From The Art and Popular Culture Encyclopedia
Neil Percival Young (born November 12, 1945) is a Canadian singer-songwriter, guitarist, and film director. Although Young has experimented widely with differing music styles, including swing, jazz, rockabilly, blues, and electronic music throughout a varied career, his best known work usually falls into either of two distinct styles: folk-esque acoustic rock ("Heart of Gold", "Harvest Moon" and "Old Man") and electric-charged hard rock (like "Cinnamon Girl", "Rockin' in the Free World" and "Hey Hey, My My (Into the Black)"). In recent years, Young has adopted elements from newer styles like industrial, alternative country and grunge. Young's profound influence on the latter caused some to dub him "the Godfather of Grunge".
Influence, importance and inspiration
Neil Young has been an undeniably important artist in the history of American, Canadian and worldwide popular music and remains a distinct influence upon other recording artists. Lynyrd Skynyrd's "Sweet Home Alabama" was written in response to two of Neil Young's songs "Southern Man" and "Alabama". "Ohio" which Young recorded with Crosby, Stills and Nash, was a recollection of the tragic events that transpired at Kent State University in May 1970. Young's willingness to be politically outspoken and socially conscious allowed him to influence such important artists such as Phish, Pearl Jam, and Nirvana. Neil Young is referred to as "the Godfather of Grunge" because of the influence he had on Kurt Cobain and Eddie Vedder and the entire grunge movement. Kurt Cobain quoted Neil Young in his suicide note, using the line “It's better to burn out, than to fade away” from Young’s song "My My, Hey Hey (Out Of The Blue)". Eddie Vedder of Pearl Jam inducted Neil Young into the Rock and Roll Hall of Fame in 1995, citing him as a huge influence. He has also been a big influence on experimental rock acts like Sonic Youth and Radiohead. Dave Matthews lists Neil Young as one of his favorite and most inspirational songwriters and covers his songs on occasion. The British Indie act The Bluetones named their number one debut album after the song 'Expecting to Fly' (written by Young when still with Buffalo Springfield) and covered the song on their recent UK tour. Young's influence, importance and inspiration within the music scene derive in part from his longevity because of a career spanning more than four decades.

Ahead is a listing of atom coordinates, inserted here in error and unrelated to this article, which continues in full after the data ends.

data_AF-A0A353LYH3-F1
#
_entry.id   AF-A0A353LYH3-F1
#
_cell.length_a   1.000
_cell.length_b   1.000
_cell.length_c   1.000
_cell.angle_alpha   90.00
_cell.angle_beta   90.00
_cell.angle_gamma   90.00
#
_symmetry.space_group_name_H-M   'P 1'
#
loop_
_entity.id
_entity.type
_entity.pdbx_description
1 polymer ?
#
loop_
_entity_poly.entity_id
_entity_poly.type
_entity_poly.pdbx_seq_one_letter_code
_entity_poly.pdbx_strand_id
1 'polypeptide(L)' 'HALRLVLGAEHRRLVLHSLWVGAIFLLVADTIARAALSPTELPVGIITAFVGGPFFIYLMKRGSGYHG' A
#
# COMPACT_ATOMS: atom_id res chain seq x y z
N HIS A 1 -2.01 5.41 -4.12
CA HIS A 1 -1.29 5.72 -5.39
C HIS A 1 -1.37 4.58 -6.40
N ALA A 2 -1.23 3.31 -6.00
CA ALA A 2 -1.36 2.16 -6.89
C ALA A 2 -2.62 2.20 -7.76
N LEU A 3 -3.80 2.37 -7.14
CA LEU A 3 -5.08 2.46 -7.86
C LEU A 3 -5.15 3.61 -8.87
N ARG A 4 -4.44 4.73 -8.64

While in Winnipeg on November 2, 2008 during the Canadian leg of his tour, Bob Dylan visited Young's former home in River Heights, where Neil spent some of his teenage years. Dylan was interested in seeing the room where some of Neil's first songs were composed.
Young's work is characterized by deeply personal lyrics, distinctive guitar work, and signature nasal tenor (and frequently alto) singing voice. Although he accompanies himself on several different instruments—including piano and harmonica—his style of hammer-on acoustic guitar and often idiosyncratic soloing on electric guitar are the linchpins of a sometimes ragged, sometimes polished, yet consistently evocative sound. Although Young has experimented widely with differing music styles, including swing, jazz, rockabilly, blues, and electronica throughout a varied career, his best known work usually falls into either of two distinct styles: folk-esque acoustic rock (as heard in songs such as "Heart of Gold" , "Harvest Moon" and "Old Man") and electric-charged hard rock (in songs like "Cinnamon Girl", "Rockin' in the Free World" and "Hey Hey, My My (Into the Black)"). In more recent years, Young has started to adopt elements from newer styles of music, such as industrial, alternative country and grunge, the latter of which was profoundly influenced by his own style of playing, often bringing him the title of "the godfather of grunge".
- Cortez the Killer - Neil Young